There has always been speculation about why Firedrake usually signs off at the top of each hour. Perhaps it is because, while the jamming broadcasts are silent, the Chinese have the ability to use their monitoring facilities to search for their target’s frequencies that are in use. Apparently, if the target of their jamming switches frequencies, the control room can within minutes, commence jamming of the new frequency.
Although it is the control room which has much of the fancy electronics used in the jamming operation, there are other interesting parts to the jamming operation. Moving on with our Firedrake tour, we make a stop at the central tape archive division. This is the repository for tapes made of, and used for, CRI broadcasts. What is interesting is that, unlike most other tapes which are labeled with the full program details, the tapes containing the Firedrake music are simply labeled with the recording date and the notation “16 track”.
No tour of the Chinese government’s jamming facilities would be complete without a stop at a very special studio. Located to your right as you enter the building on the first floor, is Studio 8. Unlike the other smaller studios in the building, this one looks like a large
auditorium. It was in Studio 8 that the Chinese assembled musicians whom they had contracted to produce a musical arrangement. The music composition lasted over an hour and was recorded in just a single evening.
The tapes of the recording session were edited into multiple versions, including a version that is 59 minutes in length. That 59 minute version has been broadcast from the Control center to the Firedrake jamming transmitters throughout China and from those sites, by shortwave, through-out the world. Three or four minutes of the music from this recording session were eventually also broadcasted by the Chinese governments shortwave station during the Spring festival a number of years ago.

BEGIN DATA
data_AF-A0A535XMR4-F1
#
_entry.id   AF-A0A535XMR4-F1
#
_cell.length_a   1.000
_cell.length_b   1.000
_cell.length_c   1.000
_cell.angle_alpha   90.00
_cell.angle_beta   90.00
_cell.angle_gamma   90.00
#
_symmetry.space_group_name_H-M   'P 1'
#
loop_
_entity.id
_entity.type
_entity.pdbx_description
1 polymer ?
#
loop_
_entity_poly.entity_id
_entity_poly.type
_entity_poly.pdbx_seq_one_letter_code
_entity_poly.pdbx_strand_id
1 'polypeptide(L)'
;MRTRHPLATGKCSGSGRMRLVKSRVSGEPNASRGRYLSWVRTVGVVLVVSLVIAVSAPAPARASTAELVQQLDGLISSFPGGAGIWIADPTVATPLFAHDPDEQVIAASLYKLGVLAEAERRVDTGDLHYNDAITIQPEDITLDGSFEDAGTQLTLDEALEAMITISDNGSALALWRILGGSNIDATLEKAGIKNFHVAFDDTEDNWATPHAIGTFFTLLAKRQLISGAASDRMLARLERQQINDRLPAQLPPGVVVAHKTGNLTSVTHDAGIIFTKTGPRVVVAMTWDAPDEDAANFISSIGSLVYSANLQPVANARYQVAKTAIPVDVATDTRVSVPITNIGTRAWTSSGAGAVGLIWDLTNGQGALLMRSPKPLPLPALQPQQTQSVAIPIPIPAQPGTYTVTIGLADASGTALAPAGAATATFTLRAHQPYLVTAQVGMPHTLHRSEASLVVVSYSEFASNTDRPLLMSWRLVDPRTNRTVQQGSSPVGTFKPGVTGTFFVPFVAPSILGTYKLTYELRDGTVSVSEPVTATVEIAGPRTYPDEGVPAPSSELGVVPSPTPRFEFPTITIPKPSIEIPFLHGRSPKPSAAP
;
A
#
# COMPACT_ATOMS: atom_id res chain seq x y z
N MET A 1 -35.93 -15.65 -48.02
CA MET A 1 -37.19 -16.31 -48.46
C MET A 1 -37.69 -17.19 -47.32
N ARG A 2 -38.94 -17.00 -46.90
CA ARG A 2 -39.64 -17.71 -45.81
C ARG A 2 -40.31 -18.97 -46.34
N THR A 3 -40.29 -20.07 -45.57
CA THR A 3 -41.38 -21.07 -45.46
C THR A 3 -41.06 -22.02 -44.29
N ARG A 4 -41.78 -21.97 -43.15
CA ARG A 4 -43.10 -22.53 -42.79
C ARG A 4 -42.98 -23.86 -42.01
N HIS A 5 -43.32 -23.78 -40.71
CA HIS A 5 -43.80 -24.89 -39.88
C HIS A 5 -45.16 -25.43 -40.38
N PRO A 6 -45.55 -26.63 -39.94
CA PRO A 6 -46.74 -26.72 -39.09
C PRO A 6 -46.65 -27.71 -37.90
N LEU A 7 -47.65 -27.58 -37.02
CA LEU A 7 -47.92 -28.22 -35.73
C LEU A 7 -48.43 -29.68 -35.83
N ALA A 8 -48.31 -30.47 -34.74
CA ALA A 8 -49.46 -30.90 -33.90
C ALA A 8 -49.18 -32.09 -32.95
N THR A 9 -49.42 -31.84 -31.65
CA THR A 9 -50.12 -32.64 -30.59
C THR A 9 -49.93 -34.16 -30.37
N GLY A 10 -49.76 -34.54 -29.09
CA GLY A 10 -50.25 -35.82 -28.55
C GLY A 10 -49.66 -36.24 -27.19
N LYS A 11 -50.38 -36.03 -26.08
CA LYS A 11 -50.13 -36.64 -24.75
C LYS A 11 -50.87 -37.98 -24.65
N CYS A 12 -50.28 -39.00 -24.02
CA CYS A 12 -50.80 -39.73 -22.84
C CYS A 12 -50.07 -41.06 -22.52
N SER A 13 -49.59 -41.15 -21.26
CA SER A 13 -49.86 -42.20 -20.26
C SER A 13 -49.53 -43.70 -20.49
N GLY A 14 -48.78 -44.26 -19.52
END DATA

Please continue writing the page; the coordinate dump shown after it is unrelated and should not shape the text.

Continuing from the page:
The jamming transmitters however, are not located at 16a Shijingsham Road. They are at sites scattered throughout China. Apparently two different types of jamming transmitters may be in use.
The older and more plentiful type of transmitters were designed by the Soviet Union and built in China. They are able to broadcast throughout much if the HF band. However, they appear to be limited to transmitting on increments of five kilohertz.
A newer style transmitters may have been reverse engineered from those bought from a major shortwave transmitter manufacturing company. Reportedly these newer transmitters more frequency agile and may not be limited to five kilohertz frequency increments.
I hope you have enjoyed this modest tour. The next time you hear Chinese government’s shortwave jamming you will have a better picture of from were it originates.
Note: I haven’t had the opportunity to pay a visit to the Chinese jamming facility mentioned in this article. However, I have spoken to apparently credible source (or sources) who had access to China’s jamming facility on numerous occasions and provided information used for this article. I thank my source (or sources) who shall remain anonymous because of concerns of retaliation.